BELLVILLE — Rain is expected again this weekend in the Clear Fork Valley.
In fact the long-range forecast — as of Tuesday — is predicting at least a 40-percent chance of rain almost daily through the first week of April. But that’s not unusual for this time of year in Ohio.
Still, it’s a good time to think about spring weather safety.
Richland Public Health is a NOAA Weather-Ready Nation Ambassador. These tips are courtesy Richland Public Health, and more information is available on the Richland Public Health website.
Flood Advisory — Be Aware: A Flood Advisory is issued when a specific weather event that is forecast to occur may become a nuisance. A Flood Advisory is issued when flooding is not expected to be bad enough to issue a warning. However, it may cause significant inconvenience, and if caution is not exercised, it could lead to situations that may threaten life and/or property.
Flood Watch — Be Prepared: A Flood Watch is issued when conditions are favorable for a specific hazardous weather event to occur. A Flood Watch is issued when conditions are favorable for flooding. It does not mean flooding will occur, but it is possible
Flood Warning — Take Action:A Flood Warning is issued when the hazardous weather event is imminent or already happening. A Flood Warning is issued when flooding is imminent or occurring.
Flash Flood Warning — Take Action: A Flash Flood Warning is issued when a flash flood is imminent or occurring. If you are in a flood prone area move immediately to high ground. A flash flood is a sudden violent flood that can take from minutes to hours to develop. It is even possible to experience a flash flood in areas not immediately receiving rain.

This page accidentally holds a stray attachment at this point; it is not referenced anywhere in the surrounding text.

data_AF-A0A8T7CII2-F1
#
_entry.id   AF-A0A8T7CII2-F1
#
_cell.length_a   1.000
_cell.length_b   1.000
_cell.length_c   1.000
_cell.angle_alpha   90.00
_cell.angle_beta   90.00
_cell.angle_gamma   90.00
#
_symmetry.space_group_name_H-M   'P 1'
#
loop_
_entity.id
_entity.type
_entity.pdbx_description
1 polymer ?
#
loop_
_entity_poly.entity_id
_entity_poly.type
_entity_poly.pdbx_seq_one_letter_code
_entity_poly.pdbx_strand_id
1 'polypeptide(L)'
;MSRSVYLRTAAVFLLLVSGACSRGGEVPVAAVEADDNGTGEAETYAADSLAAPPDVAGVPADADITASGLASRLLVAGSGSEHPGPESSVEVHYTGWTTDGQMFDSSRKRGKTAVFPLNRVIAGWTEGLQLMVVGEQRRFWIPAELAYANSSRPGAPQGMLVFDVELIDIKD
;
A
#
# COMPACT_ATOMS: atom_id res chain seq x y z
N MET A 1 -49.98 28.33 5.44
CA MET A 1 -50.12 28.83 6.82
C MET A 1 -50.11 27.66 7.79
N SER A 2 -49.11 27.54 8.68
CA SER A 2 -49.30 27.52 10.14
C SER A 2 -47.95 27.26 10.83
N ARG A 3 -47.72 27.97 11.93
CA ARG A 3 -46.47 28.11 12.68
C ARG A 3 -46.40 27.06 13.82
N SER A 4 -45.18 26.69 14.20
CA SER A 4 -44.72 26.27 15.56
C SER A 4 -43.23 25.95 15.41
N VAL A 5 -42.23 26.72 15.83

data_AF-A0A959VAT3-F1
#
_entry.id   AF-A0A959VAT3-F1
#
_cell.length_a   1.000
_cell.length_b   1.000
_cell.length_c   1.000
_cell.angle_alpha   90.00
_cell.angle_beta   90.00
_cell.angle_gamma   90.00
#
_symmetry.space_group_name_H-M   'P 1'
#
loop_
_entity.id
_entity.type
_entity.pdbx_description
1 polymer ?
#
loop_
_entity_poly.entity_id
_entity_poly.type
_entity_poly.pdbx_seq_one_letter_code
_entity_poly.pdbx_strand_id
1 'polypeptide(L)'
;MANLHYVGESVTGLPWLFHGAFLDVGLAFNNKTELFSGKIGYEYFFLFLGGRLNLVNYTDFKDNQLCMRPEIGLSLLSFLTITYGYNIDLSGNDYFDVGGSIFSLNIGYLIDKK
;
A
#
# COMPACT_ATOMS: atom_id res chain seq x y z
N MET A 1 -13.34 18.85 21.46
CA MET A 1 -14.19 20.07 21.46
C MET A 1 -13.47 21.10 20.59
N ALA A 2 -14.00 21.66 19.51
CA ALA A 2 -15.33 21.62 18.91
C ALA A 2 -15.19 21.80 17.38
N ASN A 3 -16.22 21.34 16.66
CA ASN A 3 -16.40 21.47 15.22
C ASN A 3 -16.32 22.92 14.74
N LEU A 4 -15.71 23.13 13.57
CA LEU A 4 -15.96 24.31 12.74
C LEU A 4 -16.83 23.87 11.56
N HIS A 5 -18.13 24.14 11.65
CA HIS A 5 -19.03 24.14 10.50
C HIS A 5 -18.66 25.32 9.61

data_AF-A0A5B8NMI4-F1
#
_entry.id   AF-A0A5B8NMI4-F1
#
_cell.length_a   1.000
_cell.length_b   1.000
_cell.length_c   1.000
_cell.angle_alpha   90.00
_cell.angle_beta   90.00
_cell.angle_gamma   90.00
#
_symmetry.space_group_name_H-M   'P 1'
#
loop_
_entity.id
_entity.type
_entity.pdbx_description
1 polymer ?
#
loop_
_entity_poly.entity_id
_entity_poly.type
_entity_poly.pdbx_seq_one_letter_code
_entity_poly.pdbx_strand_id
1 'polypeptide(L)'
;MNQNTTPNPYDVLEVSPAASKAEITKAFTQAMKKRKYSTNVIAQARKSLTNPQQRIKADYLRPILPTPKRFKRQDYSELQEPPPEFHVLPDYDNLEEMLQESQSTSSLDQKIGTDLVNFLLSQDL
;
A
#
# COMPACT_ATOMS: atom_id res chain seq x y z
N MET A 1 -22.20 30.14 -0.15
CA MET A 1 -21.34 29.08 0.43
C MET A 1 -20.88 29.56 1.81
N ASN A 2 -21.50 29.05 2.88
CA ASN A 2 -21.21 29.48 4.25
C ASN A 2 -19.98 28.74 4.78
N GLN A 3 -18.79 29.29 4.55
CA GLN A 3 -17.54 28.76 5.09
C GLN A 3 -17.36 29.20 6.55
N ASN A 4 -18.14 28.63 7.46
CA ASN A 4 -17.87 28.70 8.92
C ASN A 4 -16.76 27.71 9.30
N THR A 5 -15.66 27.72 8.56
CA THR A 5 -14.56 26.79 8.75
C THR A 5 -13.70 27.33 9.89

During a flood, water levels and the rate the water is flowing can quickly change. Remain aware and monitor local radio and television outlets. Avoid flood waters at all costs and evacuate immediately when water starts to rise. Don’t wait until it’s too late!
Stay Informed: Monitor local radio and television (including NOAA Weather Radio), internet and social media for information and updates.
Get to Higher Ground: Get out of areas subject to flooding and get to higher ground immediately .
Obey Evacuation Orders: If told to evacuate, do so immediately. Be sure to lock your home as you leave. If you have time, disconnect utilities and appliances.
Practice Electrical Safety: Don’t go into a basement, or any room, if water covers the electrical outlets or if cords are submerged. If you see sparks or hear buzzing, crackling, snapping or popping noises —get out! Stay out of water that may have electricity in it!
Avoid Flood waters: Do not walk through flood waters. It only takes six inches of moving water to knock you off your feet. If you are trapped by moving water, move to the highest possible point and call 911 for help.
Do Not Drive into flooded roadways or around a barricade: Turn Around, Don’t Drown! Water may be deeper than it appears and can hide many hazards (i.e. sharp objects, washed out road surfaces, electrical wires, chemicals, etc). A vehicle caught in swiftly moving water can be swept away in a matter of seconds. Twelve inches of water can float a car or small SUV and 18 inches of water can carry away large vehicles.
Be Weather-Ready: Check the forecast regularly to see if you’re at risk for severe weather. Listen to local news or a NOAA Weather Radio to stay informed about severe thunderstorm watches and warnings.
Sign Up for Notifications: Know how your community sends warning. Some communities have outdoor sirens. Others depend on media and smart phones to alert residents to severe storms.